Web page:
The economic and social changes that occurred during this period were based in the “Colonia” system, which generated a society of extremes, deeply divided between the very rich and the very poor. The landlords conceded their land to the settlers, who cultivated them in exchange of half of the production and labour, and still had to pay tithing to the King, with the fraction that was his. In contrast, the owners of the increasingly wealthy vineyards lived in idleness, almost exclusively from the gains from the half they were entitled, obtained through the work of the settlers

As a consequence of this conjuncture, on September 18, 1668, there was a riot, perpetrated by the nobility and clergy of the island, in order to depose the governor and captain general of the archipelago D. Francisco de Mascarenhas. He was trying to prevent the violence and humiliation of the poor men by the powerful lords of the island, what just brought him the hatred of the wealthy people and the difficult relationship with the clergy which he accused of derailing its functions and making the execution of his orders unfeasible (Trindade, 2011).

It was an armed robbery at the site of Água de Mel, which finished by the arrest of the governor as he headed for Quinta dos Jesuítas, at Frias peak. A group of six noblemen and seven priests accompanied by servants and slaves, imprisoned D. Francisco de Mascarenhas in S. Lourenço, released several prisoners and then met in the town hall in the presence of the dean, where they named Aires of Ornelas de Vasconcelos as the new governor and elected another executive cast. This event resulted in the indictment and condemnation to exile in Africa of some of the mutineers, among them D. Gaspar de Sá, his son D. José de Betencourt e Sá from Água de Mel estate and D. Francisco de Sá, his close relative. (Silva, 1997).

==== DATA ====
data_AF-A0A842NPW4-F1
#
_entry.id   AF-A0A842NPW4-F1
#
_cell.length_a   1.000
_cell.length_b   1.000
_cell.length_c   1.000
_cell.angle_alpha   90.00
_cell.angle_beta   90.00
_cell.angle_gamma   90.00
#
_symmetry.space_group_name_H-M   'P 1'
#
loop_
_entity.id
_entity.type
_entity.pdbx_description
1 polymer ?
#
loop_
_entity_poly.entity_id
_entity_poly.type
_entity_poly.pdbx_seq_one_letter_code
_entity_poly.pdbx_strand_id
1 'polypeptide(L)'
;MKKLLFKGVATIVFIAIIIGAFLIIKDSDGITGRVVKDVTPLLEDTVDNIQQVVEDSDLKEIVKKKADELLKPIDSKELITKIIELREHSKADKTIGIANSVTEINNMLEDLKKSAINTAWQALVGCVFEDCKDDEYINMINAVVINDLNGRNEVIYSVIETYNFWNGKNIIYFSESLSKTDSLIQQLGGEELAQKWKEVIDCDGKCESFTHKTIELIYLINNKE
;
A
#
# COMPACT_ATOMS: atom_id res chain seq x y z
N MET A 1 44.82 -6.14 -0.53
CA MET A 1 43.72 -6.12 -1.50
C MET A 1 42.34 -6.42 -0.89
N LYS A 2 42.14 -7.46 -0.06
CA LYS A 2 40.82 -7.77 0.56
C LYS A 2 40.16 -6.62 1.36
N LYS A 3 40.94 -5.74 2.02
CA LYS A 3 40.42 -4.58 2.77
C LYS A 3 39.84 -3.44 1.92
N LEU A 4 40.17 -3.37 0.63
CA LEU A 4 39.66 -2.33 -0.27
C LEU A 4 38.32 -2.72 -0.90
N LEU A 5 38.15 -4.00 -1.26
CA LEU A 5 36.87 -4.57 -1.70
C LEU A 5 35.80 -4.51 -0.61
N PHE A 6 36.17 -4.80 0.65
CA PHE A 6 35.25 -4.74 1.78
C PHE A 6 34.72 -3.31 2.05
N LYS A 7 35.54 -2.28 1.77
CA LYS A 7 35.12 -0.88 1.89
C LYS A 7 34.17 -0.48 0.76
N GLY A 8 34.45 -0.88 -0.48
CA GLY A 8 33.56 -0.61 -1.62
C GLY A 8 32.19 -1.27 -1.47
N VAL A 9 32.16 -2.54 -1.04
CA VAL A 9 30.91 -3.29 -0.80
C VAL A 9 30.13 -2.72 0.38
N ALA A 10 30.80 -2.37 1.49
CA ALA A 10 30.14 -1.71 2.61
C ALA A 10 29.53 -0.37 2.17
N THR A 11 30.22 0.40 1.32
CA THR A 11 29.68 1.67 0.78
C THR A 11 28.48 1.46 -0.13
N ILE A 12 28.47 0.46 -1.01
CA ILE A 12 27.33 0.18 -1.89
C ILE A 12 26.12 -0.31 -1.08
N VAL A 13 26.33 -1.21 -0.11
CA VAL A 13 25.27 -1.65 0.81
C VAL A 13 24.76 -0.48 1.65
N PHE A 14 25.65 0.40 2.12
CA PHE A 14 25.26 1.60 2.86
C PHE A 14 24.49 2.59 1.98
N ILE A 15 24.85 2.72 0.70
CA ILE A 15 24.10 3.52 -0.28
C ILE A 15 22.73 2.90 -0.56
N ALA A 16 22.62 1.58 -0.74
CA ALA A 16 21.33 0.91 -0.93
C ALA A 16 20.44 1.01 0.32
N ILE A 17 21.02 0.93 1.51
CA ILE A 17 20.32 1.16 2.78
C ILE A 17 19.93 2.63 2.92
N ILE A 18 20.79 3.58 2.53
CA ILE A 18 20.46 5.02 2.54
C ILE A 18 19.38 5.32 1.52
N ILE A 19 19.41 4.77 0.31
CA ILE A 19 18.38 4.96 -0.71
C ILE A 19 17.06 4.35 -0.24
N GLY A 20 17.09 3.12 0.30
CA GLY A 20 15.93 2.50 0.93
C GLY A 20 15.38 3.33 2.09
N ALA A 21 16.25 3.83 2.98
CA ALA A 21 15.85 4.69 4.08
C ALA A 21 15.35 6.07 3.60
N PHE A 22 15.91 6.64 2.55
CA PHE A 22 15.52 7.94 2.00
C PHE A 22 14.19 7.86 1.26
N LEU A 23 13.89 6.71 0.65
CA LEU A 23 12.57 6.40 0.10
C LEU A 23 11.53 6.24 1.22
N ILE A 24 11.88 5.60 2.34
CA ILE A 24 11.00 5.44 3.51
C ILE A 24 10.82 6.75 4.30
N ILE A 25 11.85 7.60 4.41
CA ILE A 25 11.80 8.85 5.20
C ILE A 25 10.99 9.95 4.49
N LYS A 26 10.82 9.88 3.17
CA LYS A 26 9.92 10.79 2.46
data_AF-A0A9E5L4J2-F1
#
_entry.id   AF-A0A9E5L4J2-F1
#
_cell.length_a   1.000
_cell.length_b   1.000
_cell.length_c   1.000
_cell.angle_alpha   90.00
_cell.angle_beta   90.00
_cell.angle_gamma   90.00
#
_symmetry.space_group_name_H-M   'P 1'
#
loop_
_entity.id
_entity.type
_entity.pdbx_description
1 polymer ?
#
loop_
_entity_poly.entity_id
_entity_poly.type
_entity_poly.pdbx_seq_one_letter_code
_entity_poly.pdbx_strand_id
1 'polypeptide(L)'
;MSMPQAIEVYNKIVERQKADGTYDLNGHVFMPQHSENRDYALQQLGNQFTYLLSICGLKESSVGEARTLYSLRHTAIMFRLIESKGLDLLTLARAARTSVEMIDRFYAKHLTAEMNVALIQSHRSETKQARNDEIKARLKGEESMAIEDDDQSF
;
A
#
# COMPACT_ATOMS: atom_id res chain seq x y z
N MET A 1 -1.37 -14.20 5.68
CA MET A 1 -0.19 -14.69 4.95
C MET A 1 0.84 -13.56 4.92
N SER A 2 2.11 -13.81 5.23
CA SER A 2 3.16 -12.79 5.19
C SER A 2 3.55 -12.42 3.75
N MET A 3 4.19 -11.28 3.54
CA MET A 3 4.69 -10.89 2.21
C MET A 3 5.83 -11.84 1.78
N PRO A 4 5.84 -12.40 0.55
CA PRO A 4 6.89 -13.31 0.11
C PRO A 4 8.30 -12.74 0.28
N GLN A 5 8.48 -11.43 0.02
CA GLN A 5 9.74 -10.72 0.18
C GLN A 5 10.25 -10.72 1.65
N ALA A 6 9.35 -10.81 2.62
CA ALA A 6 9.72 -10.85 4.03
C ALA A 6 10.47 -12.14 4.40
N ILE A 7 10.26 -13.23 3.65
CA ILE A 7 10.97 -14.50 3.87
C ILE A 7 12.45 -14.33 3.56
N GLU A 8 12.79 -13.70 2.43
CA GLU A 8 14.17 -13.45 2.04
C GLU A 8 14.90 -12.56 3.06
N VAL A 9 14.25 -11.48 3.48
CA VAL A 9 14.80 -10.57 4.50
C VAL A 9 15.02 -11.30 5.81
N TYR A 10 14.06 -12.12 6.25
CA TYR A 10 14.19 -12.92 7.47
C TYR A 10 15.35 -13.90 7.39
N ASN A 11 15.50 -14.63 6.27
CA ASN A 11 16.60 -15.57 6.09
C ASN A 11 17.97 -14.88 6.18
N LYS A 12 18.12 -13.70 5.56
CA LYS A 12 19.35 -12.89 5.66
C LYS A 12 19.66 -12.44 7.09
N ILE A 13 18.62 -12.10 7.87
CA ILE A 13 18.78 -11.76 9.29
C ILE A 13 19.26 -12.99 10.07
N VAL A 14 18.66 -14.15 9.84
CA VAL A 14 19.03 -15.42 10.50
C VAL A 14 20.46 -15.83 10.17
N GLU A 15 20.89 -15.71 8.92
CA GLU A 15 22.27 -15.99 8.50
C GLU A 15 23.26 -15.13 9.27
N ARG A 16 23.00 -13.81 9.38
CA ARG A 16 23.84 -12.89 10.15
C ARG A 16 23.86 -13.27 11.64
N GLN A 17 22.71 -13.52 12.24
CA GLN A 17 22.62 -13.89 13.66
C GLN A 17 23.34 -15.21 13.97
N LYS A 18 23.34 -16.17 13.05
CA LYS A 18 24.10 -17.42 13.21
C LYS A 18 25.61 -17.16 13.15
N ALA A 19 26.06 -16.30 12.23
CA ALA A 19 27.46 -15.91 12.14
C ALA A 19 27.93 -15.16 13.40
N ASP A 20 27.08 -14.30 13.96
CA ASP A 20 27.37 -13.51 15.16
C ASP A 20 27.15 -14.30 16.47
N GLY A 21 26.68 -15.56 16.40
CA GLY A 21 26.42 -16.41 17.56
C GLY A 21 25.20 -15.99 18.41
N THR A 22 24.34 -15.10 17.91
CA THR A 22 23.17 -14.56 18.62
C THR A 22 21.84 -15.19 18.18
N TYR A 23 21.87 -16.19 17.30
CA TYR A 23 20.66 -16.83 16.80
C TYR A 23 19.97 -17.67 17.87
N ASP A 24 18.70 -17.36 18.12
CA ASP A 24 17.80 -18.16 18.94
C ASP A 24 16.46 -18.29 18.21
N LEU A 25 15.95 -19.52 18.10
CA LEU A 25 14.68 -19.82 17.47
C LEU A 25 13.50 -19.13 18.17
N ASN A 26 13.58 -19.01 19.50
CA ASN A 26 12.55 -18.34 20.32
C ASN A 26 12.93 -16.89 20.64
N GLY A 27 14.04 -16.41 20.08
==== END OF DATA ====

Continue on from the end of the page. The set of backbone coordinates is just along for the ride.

However, wine was not only accountable for the introduction of a new social order, but also for new and magnificent buildings, such as the current Santo António church, which is one of the most important architectural landmarks of the parish. Its construction began in 1783, designed by António Vila Vicêncio and supervised until its conclusion, in 1789, by the lieutenant António Francisco da Cruz Camacho. Although, the religious service began to take place in the new temple in 1789, its definitive conclusion still took several years. The work of Our Lady of Guadalupe chapel ended in 1798, the Blessed Sacrament chapel in the early 19th century and the bell towers that top the church were completed only in 1883.

19th Century

Santo António